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Luke Brown’s “My Biggest Lie”

Luke Brown’s “My Biggest Lie”

How often have you read a book eight times? There are a couple of books I’ve read more than once but there’s no book I’ve read this often. Except „My biggest lie“ by Luke Brown. I guess that already says a lot about how much this book speaks to me. Literally, by the way, whenever I read the book, I can actually hear the characters speak, as if I am listening to an audio book. Also, whenever I read the book, I can smell the streets of Buenos Aires, hear the electronic Tango music and I can feel Liam’s pain of being unrequitingly in love.

“I was crying by now. Unless I specifically tell you otherwise, assume I’m always crying”

But first things first. „My biggest lie“ is set in both London and Buenos Aires. The story moves chronologically from Liam’s worst day up to the publication of his first novel. However, the story jumps back in time several times to let the reader know the story behind Liam’s worst day.

Liam Wilson is the narrator of the story and the main character. Around him is a set of flawed male characters, led by Liam’s mentor and friend James Cockburn (pronounced „Co-burn“, as he would like to believe).  The male cast is complemented by a set of seemingly flawless female characters, led by Liam’s ex-girlfriend Sarah and her best friend Lizzie.

“Perhaps it wasn’t a coincidence my friends were mostly men much older than me. But was it paternal guidance or just a precedence for bad behavior I wanted from them?”

The story revolves around the impact lies have on the lives of others and oneself while the characters’ drug fueled adventures seem to be keeping reality at bay as much as it exposes their lies.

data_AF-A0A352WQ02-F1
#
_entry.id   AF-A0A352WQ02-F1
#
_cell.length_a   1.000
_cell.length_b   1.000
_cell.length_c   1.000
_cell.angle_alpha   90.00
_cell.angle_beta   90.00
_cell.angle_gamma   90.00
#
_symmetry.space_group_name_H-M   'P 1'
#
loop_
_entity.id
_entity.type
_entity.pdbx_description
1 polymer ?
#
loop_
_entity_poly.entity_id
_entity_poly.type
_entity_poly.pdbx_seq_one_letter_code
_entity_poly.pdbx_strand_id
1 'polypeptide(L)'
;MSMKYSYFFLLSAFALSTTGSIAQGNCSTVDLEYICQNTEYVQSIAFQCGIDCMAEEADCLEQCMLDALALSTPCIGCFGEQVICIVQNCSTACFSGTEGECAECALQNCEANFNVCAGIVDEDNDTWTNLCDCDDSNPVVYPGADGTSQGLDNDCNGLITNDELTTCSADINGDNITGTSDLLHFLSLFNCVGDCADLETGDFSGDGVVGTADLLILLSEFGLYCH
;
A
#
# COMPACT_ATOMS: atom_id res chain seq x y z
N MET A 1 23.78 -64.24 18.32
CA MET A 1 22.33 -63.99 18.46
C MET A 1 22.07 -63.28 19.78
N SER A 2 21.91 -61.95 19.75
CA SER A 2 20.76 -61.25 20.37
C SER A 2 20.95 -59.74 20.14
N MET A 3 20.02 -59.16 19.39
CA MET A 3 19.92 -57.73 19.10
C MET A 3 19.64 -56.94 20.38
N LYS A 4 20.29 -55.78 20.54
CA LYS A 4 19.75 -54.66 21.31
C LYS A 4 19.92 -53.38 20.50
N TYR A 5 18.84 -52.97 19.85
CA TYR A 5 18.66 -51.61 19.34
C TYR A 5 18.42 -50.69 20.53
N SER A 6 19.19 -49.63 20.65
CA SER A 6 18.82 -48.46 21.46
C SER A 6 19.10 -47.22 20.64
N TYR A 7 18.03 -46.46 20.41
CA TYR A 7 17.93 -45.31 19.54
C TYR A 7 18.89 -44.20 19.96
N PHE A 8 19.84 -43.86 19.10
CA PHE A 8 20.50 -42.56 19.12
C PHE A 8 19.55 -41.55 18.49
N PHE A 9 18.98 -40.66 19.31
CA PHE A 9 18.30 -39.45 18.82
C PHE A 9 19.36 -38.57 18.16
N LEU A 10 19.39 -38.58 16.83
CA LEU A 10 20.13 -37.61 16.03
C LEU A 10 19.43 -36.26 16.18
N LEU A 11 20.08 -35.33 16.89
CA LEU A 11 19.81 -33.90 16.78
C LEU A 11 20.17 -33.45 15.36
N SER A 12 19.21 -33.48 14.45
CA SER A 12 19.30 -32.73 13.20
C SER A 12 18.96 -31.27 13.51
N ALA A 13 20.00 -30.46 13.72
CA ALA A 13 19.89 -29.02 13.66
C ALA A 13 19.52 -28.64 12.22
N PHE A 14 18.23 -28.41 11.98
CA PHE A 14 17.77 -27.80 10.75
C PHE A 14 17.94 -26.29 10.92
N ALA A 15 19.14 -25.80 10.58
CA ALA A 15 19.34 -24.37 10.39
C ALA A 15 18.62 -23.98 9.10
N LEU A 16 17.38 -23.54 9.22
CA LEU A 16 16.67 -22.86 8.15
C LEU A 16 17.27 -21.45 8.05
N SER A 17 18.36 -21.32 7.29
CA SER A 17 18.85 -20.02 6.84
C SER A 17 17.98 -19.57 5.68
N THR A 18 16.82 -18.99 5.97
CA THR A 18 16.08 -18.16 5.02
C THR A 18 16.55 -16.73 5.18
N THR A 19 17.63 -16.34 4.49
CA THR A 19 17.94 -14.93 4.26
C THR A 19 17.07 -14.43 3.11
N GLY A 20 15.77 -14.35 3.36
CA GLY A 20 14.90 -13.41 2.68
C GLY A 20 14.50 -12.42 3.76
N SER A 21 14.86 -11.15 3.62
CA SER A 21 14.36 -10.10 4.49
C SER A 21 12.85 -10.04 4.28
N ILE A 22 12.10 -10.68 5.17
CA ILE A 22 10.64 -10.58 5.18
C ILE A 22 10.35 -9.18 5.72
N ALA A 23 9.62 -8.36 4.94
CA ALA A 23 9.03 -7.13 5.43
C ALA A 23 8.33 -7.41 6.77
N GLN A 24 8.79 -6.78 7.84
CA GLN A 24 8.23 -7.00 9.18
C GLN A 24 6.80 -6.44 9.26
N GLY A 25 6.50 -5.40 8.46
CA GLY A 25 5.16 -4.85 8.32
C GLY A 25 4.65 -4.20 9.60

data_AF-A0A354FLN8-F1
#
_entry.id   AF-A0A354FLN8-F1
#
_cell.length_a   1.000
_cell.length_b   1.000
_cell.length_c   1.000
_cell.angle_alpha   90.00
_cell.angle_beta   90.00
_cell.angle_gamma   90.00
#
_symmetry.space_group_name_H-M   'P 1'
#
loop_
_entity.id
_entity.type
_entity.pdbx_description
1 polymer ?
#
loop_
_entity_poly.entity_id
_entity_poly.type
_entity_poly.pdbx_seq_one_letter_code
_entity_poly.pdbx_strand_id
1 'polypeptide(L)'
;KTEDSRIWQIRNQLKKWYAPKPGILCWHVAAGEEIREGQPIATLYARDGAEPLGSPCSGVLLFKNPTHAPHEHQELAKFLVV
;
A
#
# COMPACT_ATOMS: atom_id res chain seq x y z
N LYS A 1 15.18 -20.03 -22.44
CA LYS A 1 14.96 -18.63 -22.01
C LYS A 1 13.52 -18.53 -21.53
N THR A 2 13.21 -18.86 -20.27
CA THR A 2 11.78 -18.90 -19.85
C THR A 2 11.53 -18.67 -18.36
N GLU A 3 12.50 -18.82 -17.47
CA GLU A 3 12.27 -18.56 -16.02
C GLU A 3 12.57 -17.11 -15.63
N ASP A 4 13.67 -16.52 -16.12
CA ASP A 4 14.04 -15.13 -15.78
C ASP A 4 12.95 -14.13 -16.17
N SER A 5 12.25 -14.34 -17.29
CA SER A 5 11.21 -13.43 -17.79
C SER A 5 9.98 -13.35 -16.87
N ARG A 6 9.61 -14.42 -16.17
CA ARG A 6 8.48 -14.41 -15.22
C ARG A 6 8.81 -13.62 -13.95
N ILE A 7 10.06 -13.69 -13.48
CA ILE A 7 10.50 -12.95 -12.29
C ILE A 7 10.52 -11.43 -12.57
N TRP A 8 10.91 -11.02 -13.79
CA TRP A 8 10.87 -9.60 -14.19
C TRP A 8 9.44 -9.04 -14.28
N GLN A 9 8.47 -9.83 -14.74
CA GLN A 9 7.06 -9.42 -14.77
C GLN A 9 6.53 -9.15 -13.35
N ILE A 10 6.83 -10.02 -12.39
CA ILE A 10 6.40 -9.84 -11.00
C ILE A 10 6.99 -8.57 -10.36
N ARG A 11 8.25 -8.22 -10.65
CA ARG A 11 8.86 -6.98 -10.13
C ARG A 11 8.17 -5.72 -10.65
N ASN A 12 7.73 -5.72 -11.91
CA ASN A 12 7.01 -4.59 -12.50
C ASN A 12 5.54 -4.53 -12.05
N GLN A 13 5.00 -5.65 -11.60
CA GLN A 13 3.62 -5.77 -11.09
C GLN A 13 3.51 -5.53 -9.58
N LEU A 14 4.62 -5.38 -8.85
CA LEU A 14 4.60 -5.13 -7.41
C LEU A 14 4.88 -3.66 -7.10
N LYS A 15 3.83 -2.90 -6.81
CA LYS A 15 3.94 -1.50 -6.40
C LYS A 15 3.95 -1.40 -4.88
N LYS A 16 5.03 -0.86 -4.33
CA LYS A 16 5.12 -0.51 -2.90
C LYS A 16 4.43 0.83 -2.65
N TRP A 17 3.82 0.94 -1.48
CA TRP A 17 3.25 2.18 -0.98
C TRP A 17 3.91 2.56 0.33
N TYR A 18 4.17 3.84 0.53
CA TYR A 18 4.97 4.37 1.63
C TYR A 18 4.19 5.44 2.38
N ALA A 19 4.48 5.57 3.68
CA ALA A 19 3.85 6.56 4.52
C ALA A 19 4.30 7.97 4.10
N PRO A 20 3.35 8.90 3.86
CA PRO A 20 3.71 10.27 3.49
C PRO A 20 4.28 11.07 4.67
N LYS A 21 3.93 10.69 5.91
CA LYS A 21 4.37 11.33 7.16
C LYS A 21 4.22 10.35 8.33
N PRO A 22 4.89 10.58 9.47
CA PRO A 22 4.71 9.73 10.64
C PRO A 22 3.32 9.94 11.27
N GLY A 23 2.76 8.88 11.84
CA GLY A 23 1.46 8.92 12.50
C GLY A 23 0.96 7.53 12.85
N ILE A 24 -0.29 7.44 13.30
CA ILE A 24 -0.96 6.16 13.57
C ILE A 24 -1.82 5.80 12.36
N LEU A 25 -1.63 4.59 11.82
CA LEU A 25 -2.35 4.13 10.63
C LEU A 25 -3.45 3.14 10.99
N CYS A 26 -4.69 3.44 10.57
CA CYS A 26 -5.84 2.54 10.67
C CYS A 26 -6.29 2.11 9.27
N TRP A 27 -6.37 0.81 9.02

“What I love (I am trying to say loved) about drugs is the way they engender the temporary suspension of disbelief, poetic faith, negative capability, whatever you want to call it. You can invent magical characters for yourself when you’re on them, and if you start to believe in them others will too.”

Underlying the main storyline is that of Craig Bennett, Alejandro Montenegro and Amy Casares. A trio of friends who have previously loved, lost and lived in Buenos Aires.
Both storylines are intertwined and dependent on each other, with one continually fueling the other.
On the last page, I couldn’t believe that I wouldn’t find out how the story would  evolve from there. I think this is one of the reasons why I keep rereading it because I keep hoping that there will be a different end next time. One that is clearer and less open to interpretation.
So if you are looking for a novel that draws you in and that is an ode to live and love and dreams, then this might be the book for you.